A colorful watercolor sunset painting of Zeba Residents Swimming at the Alligator on Keweenaw Bay

Swimming at the Alligator, Watercolor on paper, is available Here

Native Roots in Canada and the Keweenaw Bay Indian Community


Since childhood I have been on the move all over Michigan, Wisconsin, and Massachusetts. Yet, I always came back to Zeba, my mom’s birthplace, on the shores of Lake Superior’s  Keweenaw Bay. 

In this blog, I will share my artwork and photos of Zeba. Also I will show how the community has changed the course of my family history, and how family members may have influenced Zeba. 

Background of Zeba

Zeba, is  a derivation of Ziibi or Creek in Ojibwa, a reference to a trout stream that flows through the L’Anse Indian Reservation. Many members of the Keweenaw Bay Indian Community still call Zeba home.

There has been an Ojibwa, or Chippewa, community at Zeba for hundreds of years. See links at the end of this blog for more about Zeba.

The Native Community at Keweenaw Bay in the nineteenth century was divided in two: Catholics were mainly on the western shore of Keweenaw Bay-for more read my Assinins blog post. 

image of a painting titled Keweenaw Bay Sunset
Keweenaw Bay Sunset, Keweenaw Bay Indian Community

The Methodists started their mission earlier than the Catholics, around 1832, on the eastern side of Keweenaw Bay. The native community was originally called Kewewenon but is now known as Zeba.  

The influence of Mississauga Ojibwa missionaries from Ontario is perhaps why the protestant religion got going well before the catholic mission did.

How my Ancestors Became Established in Zeba

During the early 1800s, many Mississauga Ojibwa from Ontario converted to Wesleyan Methodism. A handful became preachers and missionaries. 

These Native Christians considered it their calling to convert other Ojibwa to Christianity. Some of these Native missionaries, including John Sunday, ventured along the southern shore of Lake Superior and set up missions, including one in Zeba.

A photo of the Zeba United Methodist Church
Zeba United Methodist Church

George Blaker-My Great, Great Grandfather

The Reverend George Blaker, my great, great grandfather, was a zealous convert to Christianity. One of the few Mississauga Ojibwa to have completed seminary school, he was ordained in the Wesleyan Methodist Church. 

He walked in John Sunday’s footsteps, working along Lake Superior’s south shore, making converts and translating for the non-native preachers. 

Although never as predominant as John Sunday and some other Native preachers, I have found a number of accounts of Reverend Blaker’s work in Canada and the south shore of Lake Superior. I’ve highlighted a few here with links at the end of the blog:

-Reverend Blaker also signed Tribal Chief David King’s letter to President Andrew Johnson. King was trying to get the U.S. government to honor rights retained in treaties that included remaining in the great lakes region.

-My great, great grandfather Blaker is mentioned numerous times in the biography “The Life of Rev. Peter Marksman, an Ojibwa Missionary.” 

Reverend Marksman and Reverend Blaker often preached together and held what were called “Love Feasts”, which were very Pentecostal in their descriptions. I find it sad however that these feasts included building a bonfire to throw medicine bundles in.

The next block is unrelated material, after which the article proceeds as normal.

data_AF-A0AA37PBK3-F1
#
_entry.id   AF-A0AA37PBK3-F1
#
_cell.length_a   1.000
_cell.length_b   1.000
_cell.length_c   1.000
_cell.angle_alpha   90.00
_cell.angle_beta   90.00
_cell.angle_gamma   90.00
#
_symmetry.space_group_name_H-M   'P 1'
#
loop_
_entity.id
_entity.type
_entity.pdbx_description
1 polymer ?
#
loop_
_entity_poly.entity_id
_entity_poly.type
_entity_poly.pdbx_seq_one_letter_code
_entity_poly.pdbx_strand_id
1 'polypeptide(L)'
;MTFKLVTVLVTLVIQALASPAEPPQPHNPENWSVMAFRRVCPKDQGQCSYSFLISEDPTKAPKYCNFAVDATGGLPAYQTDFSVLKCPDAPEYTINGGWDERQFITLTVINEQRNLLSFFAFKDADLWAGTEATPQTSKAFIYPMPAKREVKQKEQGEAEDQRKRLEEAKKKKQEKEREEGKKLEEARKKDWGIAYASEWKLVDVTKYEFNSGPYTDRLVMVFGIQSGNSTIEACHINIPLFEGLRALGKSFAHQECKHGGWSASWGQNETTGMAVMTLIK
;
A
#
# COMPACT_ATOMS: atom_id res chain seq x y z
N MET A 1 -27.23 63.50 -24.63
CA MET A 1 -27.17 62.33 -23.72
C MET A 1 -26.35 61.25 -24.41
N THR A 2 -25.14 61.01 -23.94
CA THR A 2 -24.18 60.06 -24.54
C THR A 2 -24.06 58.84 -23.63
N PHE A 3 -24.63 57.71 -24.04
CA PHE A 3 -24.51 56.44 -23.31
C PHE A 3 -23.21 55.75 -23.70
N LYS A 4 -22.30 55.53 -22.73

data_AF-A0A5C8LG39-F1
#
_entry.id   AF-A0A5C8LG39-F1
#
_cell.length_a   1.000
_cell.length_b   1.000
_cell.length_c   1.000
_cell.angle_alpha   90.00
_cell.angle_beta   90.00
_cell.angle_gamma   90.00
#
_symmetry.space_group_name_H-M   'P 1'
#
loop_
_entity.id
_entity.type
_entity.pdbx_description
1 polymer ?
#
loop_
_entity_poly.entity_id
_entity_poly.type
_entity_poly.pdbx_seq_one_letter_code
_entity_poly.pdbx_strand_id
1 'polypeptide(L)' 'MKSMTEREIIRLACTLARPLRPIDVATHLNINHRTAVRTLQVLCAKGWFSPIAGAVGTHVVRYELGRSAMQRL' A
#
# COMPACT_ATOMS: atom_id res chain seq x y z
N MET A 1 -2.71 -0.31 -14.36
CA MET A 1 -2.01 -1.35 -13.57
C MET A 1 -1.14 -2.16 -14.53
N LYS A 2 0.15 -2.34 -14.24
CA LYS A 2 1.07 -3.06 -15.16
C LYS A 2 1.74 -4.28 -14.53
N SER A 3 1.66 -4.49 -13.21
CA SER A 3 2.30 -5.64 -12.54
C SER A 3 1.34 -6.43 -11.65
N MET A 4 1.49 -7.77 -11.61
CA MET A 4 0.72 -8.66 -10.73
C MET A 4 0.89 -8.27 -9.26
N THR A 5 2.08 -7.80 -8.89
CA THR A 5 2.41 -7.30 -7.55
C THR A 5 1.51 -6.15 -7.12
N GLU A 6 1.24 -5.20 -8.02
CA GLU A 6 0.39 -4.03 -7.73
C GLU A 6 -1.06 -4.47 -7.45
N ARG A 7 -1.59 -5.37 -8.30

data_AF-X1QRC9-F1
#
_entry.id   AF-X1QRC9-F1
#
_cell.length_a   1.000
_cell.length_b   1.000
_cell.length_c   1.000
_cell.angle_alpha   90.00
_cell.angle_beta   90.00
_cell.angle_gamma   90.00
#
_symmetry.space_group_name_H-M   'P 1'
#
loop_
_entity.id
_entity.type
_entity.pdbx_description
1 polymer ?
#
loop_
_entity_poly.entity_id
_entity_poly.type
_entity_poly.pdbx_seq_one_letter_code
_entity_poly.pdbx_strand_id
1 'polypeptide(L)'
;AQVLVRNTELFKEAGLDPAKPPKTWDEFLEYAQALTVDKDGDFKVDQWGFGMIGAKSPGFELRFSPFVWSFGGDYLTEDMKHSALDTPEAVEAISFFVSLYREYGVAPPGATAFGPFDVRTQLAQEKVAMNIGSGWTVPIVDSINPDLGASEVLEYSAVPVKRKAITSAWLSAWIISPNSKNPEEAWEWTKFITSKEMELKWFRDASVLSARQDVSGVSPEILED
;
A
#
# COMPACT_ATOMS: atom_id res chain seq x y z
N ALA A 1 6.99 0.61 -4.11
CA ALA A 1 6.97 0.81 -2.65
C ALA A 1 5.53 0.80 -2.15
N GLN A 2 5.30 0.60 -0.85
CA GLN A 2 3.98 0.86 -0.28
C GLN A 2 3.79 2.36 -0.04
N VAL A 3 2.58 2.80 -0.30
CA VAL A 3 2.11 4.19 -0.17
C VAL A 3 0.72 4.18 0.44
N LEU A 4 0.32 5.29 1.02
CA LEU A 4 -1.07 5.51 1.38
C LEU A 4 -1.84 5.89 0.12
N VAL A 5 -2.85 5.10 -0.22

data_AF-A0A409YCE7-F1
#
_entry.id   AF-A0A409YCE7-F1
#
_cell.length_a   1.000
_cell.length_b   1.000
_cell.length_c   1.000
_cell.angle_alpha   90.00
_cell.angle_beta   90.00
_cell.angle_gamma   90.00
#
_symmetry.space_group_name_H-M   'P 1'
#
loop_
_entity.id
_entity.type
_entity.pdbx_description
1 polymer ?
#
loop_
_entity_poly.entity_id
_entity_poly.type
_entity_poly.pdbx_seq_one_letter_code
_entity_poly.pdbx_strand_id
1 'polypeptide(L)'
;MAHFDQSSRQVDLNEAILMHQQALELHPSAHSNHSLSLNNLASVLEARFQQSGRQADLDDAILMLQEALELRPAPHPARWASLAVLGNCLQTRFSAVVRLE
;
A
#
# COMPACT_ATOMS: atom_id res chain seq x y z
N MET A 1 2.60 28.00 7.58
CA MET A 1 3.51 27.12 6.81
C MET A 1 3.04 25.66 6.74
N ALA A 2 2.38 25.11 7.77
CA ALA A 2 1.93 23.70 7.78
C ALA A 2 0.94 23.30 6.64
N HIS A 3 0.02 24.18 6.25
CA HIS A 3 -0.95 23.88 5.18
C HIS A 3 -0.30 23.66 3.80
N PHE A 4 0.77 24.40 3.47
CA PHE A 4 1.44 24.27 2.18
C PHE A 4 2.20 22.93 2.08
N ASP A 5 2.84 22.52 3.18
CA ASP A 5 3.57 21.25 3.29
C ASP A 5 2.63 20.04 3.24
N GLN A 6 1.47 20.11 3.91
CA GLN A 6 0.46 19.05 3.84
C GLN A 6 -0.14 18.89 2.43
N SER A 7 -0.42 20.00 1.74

I bought a copy of Marksman’s biography off of Amazon and downloadable versions can be obtained online. –

-After these evangelical visits, Reverend Blaker returned to Zeba and became the pastor at the Zeba Methodist Episcopal church between 1865 and 1867. See the methodist minutes link below for a good description of Reverend Blaker’s work and the Zeba congregation. 

-Reverend Blaker officiated the wedding of a civil war veteran named Amos Pine with a Madosh at the Zeba church, according to the book “Warriors in Mr. Lincoln’s Army.”

-The L’Anse Sentinel credited Reverend Blaker with helping to establish Methodism in Zeba, which led to the annual Methodist Camp Meetings.

-Blaker’s wife Charlotte, also a Mississauga, and their young son George, moved to Zeba as well. However George, at the age of 6, died in L’Anse in 1867. 

After their son’s death, George and Charlotte left Zeba and returned to Canada. (side note: there were Blakers in Bad River, Wisconsin as well. Blakers from Zeba often visited them),

Wesley Blaker-My Great Grandfather

In 1870 my great grandfather Wesley Blaker got into trouble with Ontario law, the Indian agent, and other band members.  He fled to his father’s former mission in Zeba. 

His second wife Eliza, a member of the Curve Lake Band in Ontario, joined him years later. I have written a blog post about Eliza which can be read here.

Wesley became an important leader of the Zeba Community, living there the rest of his life. Canadian Indian Agency documentation stated he was residing on the L’Anse Indian Reservation and was no longer a member of the Alwmick Reserve-now called the Alderville reserve.  Many L’Anse Sentinel articles establish Wesley as a member of the L’Anse Indian Reservation. 

I have read in the L’Anse Sentinel digital archives dozens of accounts about Wesley, including involvement with the Methodist church.  Later he helped establish a Seventh Day Adventist Church in Zeba. 

He also got into various business ventures in Zeba such as running a general store, hunting and fishing guide, and a horse watering station along the Pequaming Road.  

After emigrating to Michigan, his only trouble with the law was when he was arrested for poaching a deer, which he challenged in court but lost. 

A Story

Matt with Ribbon Shirt
Uncle Matt, Wesley's Grandson

I thought I knew of no stories about my great grandfather Wesley Blaker. However writing this blog jogged a childhood memory.